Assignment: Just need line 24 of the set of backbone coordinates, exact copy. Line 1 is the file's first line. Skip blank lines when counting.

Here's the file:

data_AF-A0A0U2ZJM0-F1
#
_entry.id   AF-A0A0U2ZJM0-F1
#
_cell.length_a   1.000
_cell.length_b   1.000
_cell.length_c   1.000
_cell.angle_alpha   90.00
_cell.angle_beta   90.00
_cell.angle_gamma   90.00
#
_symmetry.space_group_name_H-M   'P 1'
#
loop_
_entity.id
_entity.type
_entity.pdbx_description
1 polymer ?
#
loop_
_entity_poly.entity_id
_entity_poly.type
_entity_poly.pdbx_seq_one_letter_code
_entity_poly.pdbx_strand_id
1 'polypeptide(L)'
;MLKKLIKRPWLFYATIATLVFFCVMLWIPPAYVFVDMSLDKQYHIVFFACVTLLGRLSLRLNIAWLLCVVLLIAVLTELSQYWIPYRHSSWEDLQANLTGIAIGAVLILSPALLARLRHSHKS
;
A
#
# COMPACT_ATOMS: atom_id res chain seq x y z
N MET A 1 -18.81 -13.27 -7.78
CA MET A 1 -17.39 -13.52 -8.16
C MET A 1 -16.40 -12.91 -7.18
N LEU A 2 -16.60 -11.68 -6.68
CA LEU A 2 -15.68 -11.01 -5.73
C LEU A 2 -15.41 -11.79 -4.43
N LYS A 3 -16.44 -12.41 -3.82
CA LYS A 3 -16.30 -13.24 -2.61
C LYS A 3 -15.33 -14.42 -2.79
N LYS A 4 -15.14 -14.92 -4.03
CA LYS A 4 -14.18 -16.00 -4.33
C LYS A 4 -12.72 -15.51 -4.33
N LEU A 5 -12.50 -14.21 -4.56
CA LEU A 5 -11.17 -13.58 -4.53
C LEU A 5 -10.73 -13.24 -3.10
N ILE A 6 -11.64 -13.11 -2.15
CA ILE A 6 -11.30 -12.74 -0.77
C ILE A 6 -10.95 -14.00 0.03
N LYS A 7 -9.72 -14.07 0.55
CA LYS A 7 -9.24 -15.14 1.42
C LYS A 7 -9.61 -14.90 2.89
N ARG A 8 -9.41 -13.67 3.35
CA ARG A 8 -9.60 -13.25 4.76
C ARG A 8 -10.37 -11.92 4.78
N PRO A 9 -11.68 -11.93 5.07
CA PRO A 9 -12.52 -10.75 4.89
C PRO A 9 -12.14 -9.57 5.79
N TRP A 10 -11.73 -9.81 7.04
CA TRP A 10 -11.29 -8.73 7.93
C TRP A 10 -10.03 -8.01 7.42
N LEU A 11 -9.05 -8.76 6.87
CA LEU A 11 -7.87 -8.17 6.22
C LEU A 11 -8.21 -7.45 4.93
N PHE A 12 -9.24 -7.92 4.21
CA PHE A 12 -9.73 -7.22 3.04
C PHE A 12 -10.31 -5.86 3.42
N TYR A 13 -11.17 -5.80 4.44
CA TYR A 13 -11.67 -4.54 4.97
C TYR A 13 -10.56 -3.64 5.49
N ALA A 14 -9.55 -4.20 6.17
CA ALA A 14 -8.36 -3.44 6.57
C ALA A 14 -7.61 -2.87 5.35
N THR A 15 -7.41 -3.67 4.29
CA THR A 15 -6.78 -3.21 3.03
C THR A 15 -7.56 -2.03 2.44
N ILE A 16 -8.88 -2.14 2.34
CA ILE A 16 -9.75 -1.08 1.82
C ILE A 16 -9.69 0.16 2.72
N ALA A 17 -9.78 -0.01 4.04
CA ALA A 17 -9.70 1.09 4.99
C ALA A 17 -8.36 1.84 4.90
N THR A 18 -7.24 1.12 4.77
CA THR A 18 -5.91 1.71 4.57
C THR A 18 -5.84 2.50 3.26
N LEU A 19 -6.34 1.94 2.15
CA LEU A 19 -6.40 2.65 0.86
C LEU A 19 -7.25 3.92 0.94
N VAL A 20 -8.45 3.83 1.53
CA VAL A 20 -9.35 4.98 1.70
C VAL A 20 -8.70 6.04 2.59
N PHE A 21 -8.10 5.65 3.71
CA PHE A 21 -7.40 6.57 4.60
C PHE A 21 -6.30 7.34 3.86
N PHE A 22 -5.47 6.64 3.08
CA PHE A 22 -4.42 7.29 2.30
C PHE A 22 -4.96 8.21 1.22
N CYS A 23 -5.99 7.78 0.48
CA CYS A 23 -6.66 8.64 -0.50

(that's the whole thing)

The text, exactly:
_entity_poly.pdbx_strand_id